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>> ryan nobles, we appreciate it. thank you. let's talk with our expert cnn contributor wesley lowrie and also alice stuart and maria cordova. let's talk about where you pull the deficit money and try to make things better. resonating particularly there in the rust belt when you're talking about medicaid and medicare? >> absolutely. i think it underscores another theme that democrats have been really pushing which is healer, right? medicare and medicaid really continue to underscore how important health care is and how hypocritical the republicans have been. look. they supposedly passed this huge middle class tax cut earlier in the trump administration that was supposed to be a big feather in their cap and nobody is campaigning on that tax cut. why? because it didn't work for the middle class and, in fact, when
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the president, quote/unquote, promised just very recently that there was going to be another tax cut for the middle class, he kind of right there admitted that the first one he passed was specifically for the richest and for corporations and that tax cut has cost a ballooning of the deficit which interestingly enough, republicans were all about be deficit hawks before and now they don't seem to care. what biden and other democrats are underscoring if republicans continue to have control of both the house and the senate, they are going to go after medicare, they are going to go after social security and going after medicaid even after they betrayed the american people on taking away protection for preexisting conditions and wanting to take away health care from millions of americans. it is absolutely an issue that is working for democrats. >> but, at the same time, republicans do have a lot to tap when it comes to economy and jobs. october jobs report 250,000 jobs created and low unemployment at
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3.7% and these are good economic numbers. >> but they are not running on it. >> republicans are. >> trump isn't. >> trump is talking a lot about the security at the border and the caravan. but these people running for senate and governors and those running in the house, they are talking about the economic conditions and labor force participation rate, is that a good level? so across the board, jobs and the economy are a good messaging point for republicans and with regard to health care, the message they push back on democrats is a lot of democrats want socialized medicine and that -- >> that just not true. that's a lie. >> that's a message that. >> that is not resonating. >> driving with regard to how they can push back on the democrats. >> let's instead of having the broader conversation, try to go into the states and specific races. i want to talk about stacey abrams, the democratic nominee in georgia. the way in which potentially her strategy has shifted a bit. the day after she won the primary, i want to play what she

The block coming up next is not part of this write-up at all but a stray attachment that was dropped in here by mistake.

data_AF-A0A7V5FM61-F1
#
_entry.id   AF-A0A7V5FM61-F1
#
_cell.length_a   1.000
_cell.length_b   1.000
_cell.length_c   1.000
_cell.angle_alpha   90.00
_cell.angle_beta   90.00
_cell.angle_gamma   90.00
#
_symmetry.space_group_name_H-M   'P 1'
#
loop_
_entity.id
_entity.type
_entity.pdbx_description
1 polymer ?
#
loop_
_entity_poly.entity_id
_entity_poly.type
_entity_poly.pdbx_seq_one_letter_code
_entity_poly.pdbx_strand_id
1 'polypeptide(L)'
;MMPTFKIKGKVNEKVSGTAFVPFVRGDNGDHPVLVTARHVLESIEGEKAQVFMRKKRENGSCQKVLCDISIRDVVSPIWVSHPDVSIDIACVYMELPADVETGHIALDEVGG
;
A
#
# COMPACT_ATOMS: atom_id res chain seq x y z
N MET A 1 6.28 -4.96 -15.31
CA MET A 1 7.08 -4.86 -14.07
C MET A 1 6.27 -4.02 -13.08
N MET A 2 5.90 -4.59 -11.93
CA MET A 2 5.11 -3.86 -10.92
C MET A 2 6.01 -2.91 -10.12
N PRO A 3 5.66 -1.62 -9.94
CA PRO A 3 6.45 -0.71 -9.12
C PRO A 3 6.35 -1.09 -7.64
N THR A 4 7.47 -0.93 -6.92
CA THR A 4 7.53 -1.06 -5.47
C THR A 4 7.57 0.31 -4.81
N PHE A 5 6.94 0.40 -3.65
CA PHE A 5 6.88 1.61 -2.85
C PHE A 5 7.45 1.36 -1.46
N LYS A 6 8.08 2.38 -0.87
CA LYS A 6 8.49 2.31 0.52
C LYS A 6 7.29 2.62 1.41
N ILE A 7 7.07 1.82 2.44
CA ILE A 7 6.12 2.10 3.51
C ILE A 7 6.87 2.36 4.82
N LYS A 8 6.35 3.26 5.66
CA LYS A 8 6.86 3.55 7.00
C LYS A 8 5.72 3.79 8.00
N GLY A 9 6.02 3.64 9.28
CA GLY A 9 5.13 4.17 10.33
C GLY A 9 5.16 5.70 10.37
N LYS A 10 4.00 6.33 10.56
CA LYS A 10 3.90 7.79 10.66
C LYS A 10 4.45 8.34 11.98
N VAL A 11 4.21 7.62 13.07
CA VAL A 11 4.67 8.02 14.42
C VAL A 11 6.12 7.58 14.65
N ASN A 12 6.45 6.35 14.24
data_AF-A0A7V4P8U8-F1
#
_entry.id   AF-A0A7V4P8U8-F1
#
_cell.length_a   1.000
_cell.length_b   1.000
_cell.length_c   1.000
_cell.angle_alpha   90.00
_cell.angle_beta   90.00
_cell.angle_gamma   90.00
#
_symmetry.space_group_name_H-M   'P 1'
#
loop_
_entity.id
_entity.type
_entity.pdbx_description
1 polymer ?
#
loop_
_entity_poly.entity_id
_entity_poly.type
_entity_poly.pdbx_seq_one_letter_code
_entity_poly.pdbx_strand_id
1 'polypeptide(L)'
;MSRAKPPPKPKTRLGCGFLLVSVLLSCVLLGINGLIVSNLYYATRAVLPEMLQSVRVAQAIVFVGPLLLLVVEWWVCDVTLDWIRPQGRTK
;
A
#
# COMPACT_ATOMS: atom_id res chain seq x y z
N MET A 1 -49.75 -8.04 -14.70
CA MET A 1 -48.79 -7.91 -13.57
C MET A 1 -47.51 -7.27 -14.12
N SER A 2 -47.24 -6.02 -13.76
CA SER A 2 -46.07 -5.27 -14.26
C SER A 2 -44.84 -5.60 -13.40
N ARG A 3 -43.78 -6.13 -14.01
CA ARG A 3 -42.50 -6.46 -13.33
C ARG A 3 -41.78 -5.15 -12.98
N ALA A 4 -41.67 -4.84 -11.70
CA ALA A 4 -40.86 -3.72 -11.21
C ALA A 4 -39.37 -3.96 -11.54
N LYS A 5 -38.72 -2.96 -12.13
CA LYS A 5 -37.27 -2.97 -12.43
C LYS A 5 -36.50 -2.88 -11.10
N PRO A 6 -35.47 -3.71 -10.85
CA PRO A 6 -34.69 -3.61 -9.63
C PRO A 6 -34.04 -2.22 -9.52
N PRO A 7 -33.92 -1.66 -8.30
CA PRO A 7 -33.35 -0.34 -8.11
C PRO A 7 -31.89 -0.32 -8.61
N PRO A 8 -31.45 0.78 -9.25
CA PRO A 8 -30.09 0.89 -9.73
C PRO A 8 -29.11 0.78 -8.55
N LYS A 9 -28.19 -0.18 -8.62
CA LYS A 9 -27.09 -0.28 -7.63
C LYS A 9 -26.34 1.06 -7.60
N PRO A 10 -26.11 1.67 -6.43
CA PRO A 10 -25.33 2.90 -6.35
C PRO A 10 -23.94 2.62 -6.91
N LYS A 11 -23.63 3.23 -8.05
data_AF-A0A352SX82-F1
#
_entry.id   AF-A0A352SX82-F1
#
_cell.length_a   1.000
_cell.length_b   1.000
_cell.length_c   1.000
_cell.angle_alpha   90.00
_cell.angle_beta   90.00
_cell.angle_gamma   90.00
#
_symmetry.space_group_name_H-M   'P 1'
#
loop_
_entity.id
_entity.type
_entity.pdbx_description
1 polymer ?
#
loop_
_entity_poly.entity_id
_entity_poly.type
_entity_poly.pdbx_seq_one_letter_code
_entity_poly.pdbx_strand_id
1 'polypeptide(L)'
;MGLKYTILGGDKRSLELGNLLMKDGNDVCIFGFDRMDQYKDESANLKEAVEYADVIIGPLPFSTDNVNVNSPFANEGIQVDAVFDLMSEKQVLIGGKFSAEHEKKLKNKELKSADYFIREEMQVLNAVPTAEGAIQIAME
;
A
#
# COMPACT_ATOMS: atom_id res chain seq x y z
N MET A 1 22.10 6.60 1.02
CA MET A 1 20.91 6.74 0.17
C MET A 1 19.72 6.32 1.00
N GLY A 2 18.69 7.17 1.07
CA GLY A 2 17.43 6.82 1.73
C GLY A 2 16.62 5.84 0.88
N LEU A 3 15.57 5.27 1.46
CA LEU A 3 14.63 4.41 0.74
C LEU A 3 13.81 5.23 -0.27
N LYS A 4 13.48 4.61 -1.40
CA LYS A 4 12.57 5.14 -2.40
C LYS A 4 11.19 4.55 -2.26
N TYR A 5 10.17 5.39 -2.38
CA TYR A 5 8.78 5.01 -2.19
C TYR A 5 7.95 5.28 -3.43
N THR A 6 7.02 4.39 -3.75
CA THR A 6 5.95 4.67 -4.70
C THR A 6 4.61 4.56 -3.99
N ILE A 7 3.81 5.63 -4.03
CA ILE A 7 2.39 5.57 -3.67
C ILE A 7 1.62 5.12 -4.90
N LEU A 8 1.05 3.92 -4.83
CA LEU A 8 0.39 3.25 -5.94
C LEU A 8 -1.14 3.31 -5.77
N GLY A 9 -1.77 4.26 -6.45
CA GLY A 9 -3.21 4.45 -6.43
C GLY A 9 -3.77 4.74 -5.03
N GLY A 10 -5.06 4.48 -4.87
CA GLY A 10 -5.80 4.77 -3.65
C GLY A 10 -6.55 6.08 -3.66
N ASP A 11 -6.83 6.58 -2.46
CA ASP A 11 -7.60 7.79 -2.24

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said then, followed by one of her ads in the general election and we will talk about the difference. >> democrats cannot win by pretending to be republicans. republicans see through it and democrats see through it. georgia is actually a bluer state than people realize. we have more than enough of those voters to win without compromising our values and pretending to be moderate to conservative to appeal to a certain segment. republican groups from outside georgia spend millions of attacking stacey abrams but republicans in georgia say that doesn't match her record. georgia republicans call stacey abrams a pragmatic leader who engages to find solutions and her view allowed her to reach across the deal to help the governor have a bill and she stopped the largest tax increase in georgia history. both sides agree stacey abrams works to help all of georgia. >> we have enough democratic voters. we don't have to act like
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conservatives to both sides agree. >> it is really interesting to watch the evolution of any candidate in some of these races. i do think stacey abrams has campaigned even in the general election still has been much more progressive than you might have seen a democrat running in georgia. i think when voters at the polls on tuesday it's interesting. many of the democrats running in a lot of these races, andrew gillum is another example, have been unapologetic progressive and pretty far left that somebody might have advised them running in a southern state. a fight in the democratic party a long time how do you win these states that are red to purple? right some what do you do in these places? do you try to coax back trump voters or otherwise republican voters, or do you say enough democrats in this place we turn them outline awe and we win in when you listen to stacey abrams her strategy pretty much has been how do we turn out a coalition of minorities and young people of white progressives and that has been with ads like that has still kind of been her strategy.